I’m on my way back from Washington, DC after attending the launch of Moon in Google Earth. Last night, I was able to attend NASA’s celebration of the 40th anniversary of Apollo 11 – which was held at the National Air & Space Museum. This was a big affair with hundreds of NASA employees and contractors, friends of NASA, and many astronauts including most of the Apollo astronauts. Google was there with a booth showing the new Moon in Google Earth. And, I got to see Neil Armstrong in person for the first time – he gave an inspiring speech. It has been great seeing all the enthusiasm in the last week in the media, on the Internet, and here in Washington for the Apollo missions. Especially for an old space enthusiast like myself.
Another great thing about yesterday was seeing all the enthusiasm on the part of the many Googlers who came here for the launch of Moon in Google Earth. It seemed most (if not all) of the team who worked on the project were able to be here. I saw over 20 Googlers at the event. They had obviously worked hard on the project – most on their 20% time. You could see how much they wanted the event to be a success. They were also eager for feedback on the GE moon and were quick to consider any ideas anyone suggested during the day. Obviously, there will be many more updates to moon in the future. The biggest updates will be in new imagery and terrain once the data gets back from the new Japanese and American missions. It’s a testament to the team that they were able to get so many NASA/space dignitaries to show up for the event. Watch a slideshow of photos I took during the two events:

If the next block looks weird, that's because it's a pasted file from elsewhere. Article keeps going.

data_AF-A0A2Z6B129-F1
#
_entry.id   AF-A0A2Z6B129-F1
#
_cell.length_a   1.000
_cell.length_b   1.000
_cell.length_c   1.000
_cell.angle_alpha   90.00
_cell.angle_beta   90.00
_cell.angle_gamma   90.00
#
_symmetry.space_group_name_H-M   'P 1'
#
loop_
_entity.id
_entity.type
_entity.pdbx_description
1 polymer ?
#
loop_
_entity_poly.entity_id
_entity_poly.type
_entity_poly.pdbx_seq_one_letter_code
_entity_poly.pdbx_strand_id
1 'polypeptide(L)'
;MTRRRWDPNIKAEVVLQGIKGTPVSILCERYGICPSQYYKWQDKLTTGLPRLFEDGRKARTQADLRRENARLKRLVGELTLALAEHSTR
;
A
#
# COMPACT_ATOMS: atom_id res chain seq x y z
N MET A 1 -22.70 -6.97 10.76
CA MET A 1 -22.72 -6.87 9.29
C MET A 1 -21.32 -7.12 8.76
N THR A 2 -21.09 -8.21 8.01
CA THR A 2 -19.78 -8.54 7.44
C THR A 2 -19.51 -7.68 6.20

One thing I learned about yesterday – there are a couple of easter eggs in yesterday’s release. If you look closely, the icon for the “Gallery” layer is a piece of cheese. 🙂
And, if you play the Apollo 17 Tour to the point where Jack Schmidt talks about the Earth hanging over the moon – they placed the Earth in the Tour as a textured polygon. If you pause the Tour there. and fly yourself to the other side of the Earth polygon, you’ll see a funny moon cartoon: